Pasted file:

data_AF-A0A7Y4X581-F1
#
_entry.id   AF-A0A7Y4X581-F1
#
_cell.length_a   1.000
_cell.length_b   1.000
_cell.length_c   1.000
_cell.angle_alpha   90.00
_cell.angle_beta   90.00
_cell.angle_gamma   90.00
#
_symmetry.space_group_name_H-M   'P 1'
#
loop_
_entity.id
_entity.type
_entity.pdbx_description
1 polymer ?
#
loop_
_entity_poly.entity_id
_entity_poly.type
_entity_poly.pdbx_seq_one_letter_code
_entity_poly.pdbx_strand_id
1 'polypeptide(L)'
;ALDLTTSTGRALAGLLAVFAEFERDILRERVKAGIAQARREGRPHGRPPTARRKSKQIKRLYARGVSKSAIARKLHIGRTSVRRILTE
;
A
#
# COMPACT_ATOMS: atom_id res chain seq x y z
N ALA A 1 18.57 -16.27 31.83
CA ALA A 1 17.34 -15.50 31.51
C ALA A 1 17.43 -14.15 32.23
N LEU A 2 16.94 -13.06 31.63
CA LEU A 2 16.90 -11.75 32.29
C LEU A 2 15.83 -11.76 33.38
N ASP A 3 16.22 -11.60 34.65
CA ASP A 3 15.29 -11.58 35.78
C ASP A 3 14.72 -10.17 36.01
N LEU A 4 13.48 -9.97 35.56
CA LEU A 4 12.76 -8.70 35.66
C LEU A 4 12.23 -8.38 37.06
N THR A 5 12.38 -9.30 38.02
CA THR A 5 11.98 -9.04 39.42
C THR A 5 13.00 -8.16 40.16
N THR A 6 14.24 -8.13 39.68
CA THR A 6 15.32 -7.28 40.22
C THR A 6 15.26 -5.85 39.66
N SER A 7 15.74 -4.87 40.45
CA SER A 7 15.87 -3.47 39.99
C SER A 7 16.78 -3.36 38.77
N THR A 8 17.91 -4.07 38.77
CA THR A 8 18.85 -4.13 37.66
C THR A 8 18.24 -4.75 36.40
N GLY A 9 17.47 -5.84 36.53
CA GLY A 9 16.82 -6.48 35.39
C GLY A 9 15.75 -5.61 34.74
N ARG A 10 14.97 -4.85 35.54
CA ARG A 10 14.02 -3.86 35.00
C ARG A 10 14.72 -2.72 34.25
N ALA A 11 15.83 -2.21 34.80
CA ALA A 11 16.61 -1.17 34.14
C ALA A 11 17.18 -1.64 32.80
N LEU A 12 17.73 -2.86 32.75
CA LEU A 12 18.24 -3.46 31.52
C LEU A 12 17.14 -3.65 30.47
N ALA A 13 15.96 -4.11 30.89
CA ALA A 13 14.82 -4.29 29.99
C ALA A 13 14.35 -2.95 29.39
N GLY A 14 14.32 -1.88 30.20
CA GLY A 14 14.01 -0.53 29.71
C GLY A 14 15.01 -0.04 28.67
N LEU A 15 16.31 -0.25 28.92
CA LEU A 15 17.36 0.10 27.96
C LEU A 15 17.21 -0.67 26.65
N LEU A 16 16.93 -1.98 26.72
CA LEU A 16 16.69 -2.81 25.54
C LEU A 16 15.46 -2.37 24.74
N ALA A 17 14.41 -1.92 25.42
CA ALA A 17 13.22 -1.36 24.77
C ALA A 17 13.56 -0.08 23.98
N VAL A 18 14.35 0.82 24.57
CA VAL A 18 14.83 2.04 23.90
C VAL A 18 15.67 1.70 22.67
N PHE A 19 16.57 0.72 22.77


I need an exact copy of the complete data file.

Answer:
data_AF-A0A7Y4X581-F1
#
_entry.id   AF-A0A7Y4X581-F1
#
_cell.length_a   1.000
_cell.length_b   1.000
_cell.length_c   1.000
_cell.angle_alpha   90.00
_cell.angle_beta   90.00
_cell.angle_gamma   90.00
#
_symmetry.space_group_name_H-M   'P 1'
#
loop_
_entity.id
_entity.type
_entity.pdbx_description
1 polymer ?
#
loop_
_entity_poly.entity_id
_entity_poly.type
_entity_poly.pdbx_seq_one_letter_code
_entity_poly.pdbx_strand_id
1 'polypeptide(L)'
;ALDLTTSTGRALAGLLAVFAEFERDILRERVKAGIAQARREGRPHGRPPTARRKSKQIKRLYARGVSKSAIARKLHIGRTSVRRILTE
;
A
#
# COMPACT_ATOMS: atom_id res chain seq x y z
N ALA A 1 18.57 -16.27 31.83
CA ALA A 1 17.34 -15.50 31.51
C ALA A 1 17.43 -14.15 32.23
N LEU A 2 16.94 -13.06 31.63
CA LEU A 2 16.90 -11.75 32.29
C LEU A 2 15.83 -11.76 33.38
N ASP A 3 16.22 -11.60 34.65
CA ASP A 3 15.29 -11.58 35.78
C ASP A 3 14.72 -10.17 36.01
N LEU A 4 13.48 -9.97 35.56
CA LEU A 4 12.76 -8.70 35.66
C LEU A 4 12.23 -8.38 37.06
N THR A 5 12.38 -9.30 38.02
CA THR A 5 11.98 -9.04 39.42
C THR A 5 13.00 -8.16 40.16
N THR A 6 14.24 -8.13 39.68
CA THR A 6 15.32 -7.28 40.22
C THR A 6 15.26 -5.85 39.66
N SER A 7 15.74 -4.87 40.45
CA SER A 7 15.87 -3.47 39.99
C SER A 7 16.78 -3.36 38.77
N THR A 8 17.91 -4.07 38.77
CA THR A 8 18.85 -4.13 37.66
C THR A 8 18.24 -4.75 36.40
N GLY A 9 17.47 -5.84 36.53
CA GLY A 9 16.82 -6.48 35.39
C GLY A 9 15.75 -5.61 34.74
N ARG A 10 14.97 -4.85 35.54
CA ARG A 10 14.02 -3.86 35.00
C ARG A 10 14.72 -2.72 34.25
N ALA A 11 15.83 -2.21 34.80
CA ALA A 11 16.61 -1.17 34.14
C ALA A 11 17.18 -1.64 32.80
N LEU A 12 17.73 -2.86 32.75
CA LEU A 12 18.24 -3.46 31.52
C LEU A 12 17.14 -3.65 30.47
N ALA A 13 15.96 -4.11 30.89
CA ALA A 13 14.82 -4.29 29.99
C ALA A 13 14.35 -2.95 29.39
N GLY A 14 14.32 -1.88 30.20
CA GLY A 14 14.01 -0.53 29.71
C GLY A 14 15.01 -0.04 28.67
N LEU A 15 16.31 -0.25 28.92
CA LEU A 15 17.36 0.10 27.96
C LEU A 15 17.21 -0.67 26.65
N LEU A 16 16.93 -1.98 26.72
CA LEU A 16 16.69 -2.81 25.54
C LEU A 16 15.46 -2.37 24.74
N ALA A 17 14.41 -1.92 25.42
CA ALA A 17 13.22 -1.36 24.77
C ALA A 17 13.56 -0.08 23.98
N VAL A 18 14.35 0.82 24.57
CA VAL A 18 14.83 2.04 23.90
C VAL A 18 15.67 1.70 22.67
N PHE A 19 16.57 0.72 22.77